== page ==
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Visualization of the dynamics of synaptic vesicle and plasma membrane proteins in living axons.

Nakata T, Terada S, Hirokawa N - J. Cell Biol. (1998)

Bottom Line: Newly synthesized membrane proteins are transported by fast axonal flow to their targets such as the plasma membrane and synaptic vesicles.We found that all of these proteins are transported by tubulovesicular organelles of various sizes and shapes that circulate within axons from branch to branch and switch the direction of movement.These organelles are distinct from the endosomal compartments and constitute a new entity of membrane organelles that mediate the transport of newly synthesized proteins from the trans-Golgi network to the plasma membrane.

View Article: PubMed Central - PubMed

Affiliation: Department of Cell Biology and Anatomy, Graduate School of Medicine, University of Tokyo, Hongo, Tokyo, Japan, 113.

ABSTRACT
Newly synthesized membrane proteins are transported by fast axonal flow to their targets such as the plasma membrane and synaptic vesicles. However, their transporting vesicles have not yet been identified. We have successfully visualized the transporting vesicles of plasma membrane proteins, synaptic vesicle proteins, and the trans-Golgi network residual proteins in living axons at high resolution using laser scan microscopy of green fluorescent protein-tagged proteins after photobleaching. We found that all of these proteins are transported by tubulovesicular organelles of various sizes and shapes that circulate within axons from branch to branch and switch the direction of movement. These organelles are distinct from the endosomal compartments and constitute a new entity of membrane organelles that mediate the transport of newly synthesized proteins from the trans-Golgi network to the plasma membrane.

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Axonal transport of vesicles containing GAP-43–GFP  chimeric protein in mouse DRG neurons. Neurons were transfected with adenovirus vectors carrying GAP-43–GFP chimeric  DNA after 3 h in culture and were observed using a laser scan microscope 40 h later. Note that numerous vesicles of various sizes  were transported from the proximal side of the axon. (a and b)  Proximal and distal area of the same axon. a shows an axon ∼40  μm from the cell body, b shows the same axon ∼110 μm from the  cell body. The upper side of both micrographs is proximal to the  cell body. Note the difference in the sizes of GAP-43–transporting vesicles even though the degree of magnification of both figures is the same. (c and d) Time course images of the underlined  area of the axon in a. The intervals between frames are 3.45 s. The  upper side of both micrographs is proximal to the cell body. In c,  tubular and spherical vesicles of various sizes and shapes are  moving. The vesicle indicated by diamonds showed representative continuous anterograde movement. The vesicle indicated by  arrowheads switched back to retrograde movement, and again  switched direction anterogradely. In d, the vesicle indicated by  stars broke down into smaller spheres while moving anterogradely in the axon. Bars: (b and d) 5 μm.
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Figure 8: Axonal transport of vesicles containing GAP-43–GFP chimeric protein in mouse DRG neurons. Neurons were transfected with adenovirus vectors carrying GAP-43–GFP chimeric DNA after 3 h in culture and were observed using a laser scan microscope 40 h later. Note that numerous vesicles of various sizes were transported from the proximal side of the axon. (a and b) Proximal and distal area of the same axon. a shows an axon ∼40 μm from the cell body, b shows the same axon ∼110 μm from the cell body. The upper side of both micrographs is proximal to the cell body. Note the difference in the sizes of GAP-43–transporting vesicles even though the degree of magnification of both figures is the same. (c and d) Time course images of the underlined area of the axon in a. The intervals between frames are 3.45 s. The upper side of both micrographs is proximal to the cell body. In c, tubular and spherical vesicles of various sizes and shapes are moving. The vesicle indicated by diamonds showed representative continuous anterograde movement. The vesicle indicated by arrowheads switched back to retrograde movement, and again switched direction anterogradely. In d, the vesicle indicated by stars broke down into smaller spheres while moving anterogradely in the axon. Bars: (b and d) 5 μm.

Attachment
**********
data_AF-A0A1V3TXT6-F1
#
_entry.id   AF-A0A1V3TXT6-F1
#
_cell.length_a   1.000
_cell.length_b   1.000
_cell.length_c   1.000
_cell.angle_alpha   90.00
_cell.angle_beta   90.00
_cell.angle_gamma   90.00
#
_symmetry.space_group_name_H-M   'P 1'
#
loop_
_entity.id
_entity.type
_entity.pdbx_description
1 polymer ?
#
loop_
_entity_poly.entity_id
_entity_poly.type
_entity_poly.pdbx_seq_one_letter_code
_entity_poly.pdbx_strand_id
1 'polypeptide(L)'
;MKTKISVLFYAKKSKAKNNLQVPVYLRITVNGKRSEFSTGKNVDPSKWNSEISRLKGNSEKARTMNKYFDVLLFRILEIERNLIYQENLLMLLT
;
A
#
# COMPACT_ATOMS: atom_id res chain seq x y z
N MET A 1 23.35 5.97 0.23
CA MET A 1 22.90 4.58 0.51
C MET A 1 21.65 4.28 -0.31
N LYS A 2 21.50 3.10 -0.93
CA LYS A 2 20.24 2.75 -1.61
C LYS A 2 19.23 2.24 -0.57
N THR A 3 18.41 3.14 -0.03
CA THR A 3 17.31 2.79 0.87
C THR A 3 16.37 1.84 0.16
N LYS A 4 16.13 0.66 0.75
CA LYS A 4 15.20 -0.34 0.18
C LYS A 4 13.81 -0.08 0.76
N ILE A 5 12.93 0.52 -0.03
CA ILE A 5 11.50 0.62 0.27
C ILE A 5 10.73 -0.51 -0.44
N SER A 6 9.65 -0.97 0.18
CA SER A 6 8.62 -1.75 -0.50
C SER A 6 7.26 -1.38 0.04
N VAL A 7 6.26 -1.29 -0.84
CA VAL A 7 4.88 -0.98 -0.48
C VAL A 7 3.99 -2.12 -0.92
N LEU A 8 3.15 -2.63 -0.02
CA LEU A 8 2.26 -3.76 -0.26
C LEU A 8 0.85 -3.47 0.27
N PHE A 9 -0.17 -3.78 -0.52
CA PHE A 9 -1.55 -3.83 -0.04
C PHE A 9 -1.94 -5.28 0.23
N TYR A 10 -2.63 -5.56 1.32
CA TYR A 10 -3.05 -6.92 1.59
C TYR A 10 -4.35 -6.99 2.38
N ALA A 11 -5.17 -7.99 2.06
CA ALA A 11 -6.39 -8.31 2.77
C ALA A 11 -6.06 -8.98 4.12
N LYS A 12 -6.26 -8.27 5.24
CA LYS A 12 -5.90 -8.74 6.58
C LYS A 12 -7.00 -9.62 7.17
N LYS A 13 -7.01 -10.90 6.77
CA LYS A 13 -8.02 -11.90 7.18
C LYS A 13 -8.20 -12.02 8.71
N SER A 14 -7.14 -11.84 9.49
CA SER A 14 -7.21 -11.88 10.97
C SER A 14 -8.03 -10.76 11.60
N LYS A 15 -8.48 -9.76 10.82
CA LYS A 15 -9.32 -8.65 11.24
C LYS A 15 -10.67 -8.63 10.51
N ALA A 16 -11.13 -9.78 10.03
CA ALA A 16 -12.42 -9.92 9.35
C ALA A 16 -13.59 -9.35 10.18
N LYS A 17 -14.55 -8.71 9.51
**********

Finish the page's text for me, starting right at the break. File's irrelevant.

Mentions: We found that the transporting vesicles varied in shape, from tubules to spheres in the axons of GAP-43– or SNAP-25–transfected neurons (see Figs. 5–11). We checked that the observed tubular structures were not mitochondria by double labeling of DRG axons with GFP and Mitotracker. We found that the tubulovesicular organelles were distinct from mitochondria (Fig. 7). These vesicles moved mainly in the anterograde direction at an average speed of 0.76 ± 0.26 μm/s. The speed was independent of vesicle size and was distributed ∼0.9 μm/s with a single peak (see Fig. 9 b). The size distribution of these vesicles varied between neurons. The shape of the vesicles was flexible: for example, tubular vesicles were more elongated in the longitudinal direction when they started to move, and bent when they changed their direction of movement. We often found that tubular vesicles broke into smaller vesicles while they were moving down in axon (Fig. 8 d). Judging from the movement and the elongated shape of the tubular vesicles before they broke down, it was unlikely that the tubular vesicles had consisted of several small independent vesicles. Furthermore, in some neurons, the longitudinal size of vesicles decreased as the vesicles proceeded in the same axons (Fig. 8, a and b). For example, it was 1.71 ± 0.94 μm in length and 0.55 ± 0.22 μm in width in the proximal axon (∼40 μm from the cell body), and 1.16 ± 0.68 μm in length in the distal part (∼110 μm from the cell body) of the same axon (Fig. 9 a). As shown in Fig. 6 a and b, the fluorescent intensity of each vesicle in the distal axon is not as high as that in the proximal axons. This eliminates the possibility that long tubules are simply compressed into small vesicles, because total fluorescence intensity of the vesicles will be unchanged in such case. These results suggest that tubular vesicles divided into smaller vesicles while moving down axons.